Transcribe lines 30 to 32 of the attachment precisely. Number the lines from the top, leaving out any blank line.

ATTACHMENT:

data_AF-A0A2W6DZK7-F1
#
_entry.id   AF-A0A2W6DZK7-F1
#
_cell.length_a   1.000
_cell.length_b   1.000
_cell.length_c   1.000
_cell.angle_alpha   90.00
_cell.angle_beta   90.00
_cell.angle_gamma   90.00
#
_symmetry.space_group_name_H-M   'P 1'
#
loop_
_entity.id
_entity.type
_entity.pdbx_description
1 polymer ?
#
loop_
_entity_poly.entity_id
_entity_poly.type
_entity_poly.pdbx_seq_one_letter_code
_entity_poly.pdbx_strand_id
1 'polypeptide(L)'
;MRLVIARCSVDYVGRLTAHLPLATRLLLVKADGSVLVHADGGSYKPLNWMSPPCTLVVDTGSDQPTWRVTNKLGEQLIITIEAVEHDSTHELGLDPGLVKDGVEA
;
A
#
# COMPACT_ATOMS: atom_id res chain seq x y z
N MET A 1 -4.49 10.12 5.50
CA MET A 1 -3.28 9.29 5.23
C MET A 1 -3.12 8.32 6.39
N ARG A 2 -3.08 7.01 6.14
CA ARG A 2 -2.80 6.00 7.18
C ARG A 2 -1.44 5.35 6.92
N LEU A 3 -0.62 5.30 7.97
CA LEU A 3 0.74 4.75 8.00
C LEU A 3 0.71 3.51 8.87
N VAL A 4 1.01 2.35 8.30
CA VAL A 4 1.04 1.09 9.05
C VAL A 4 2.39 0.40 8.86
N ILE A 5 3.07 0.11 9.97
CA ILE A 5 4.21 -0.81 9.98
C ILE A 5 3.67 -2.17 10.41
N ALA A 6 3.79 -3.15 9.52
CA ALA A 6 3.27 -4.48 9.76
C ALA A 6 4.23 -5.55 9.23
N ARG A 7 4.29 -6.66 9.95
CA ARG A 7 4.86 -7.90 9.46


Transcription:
# COMPACT_ATOMS: atom_id res chain seq x y z
N MET A 1 -4.49 10.12 5.50
CA MET A 1 -3.28 9.29 5.23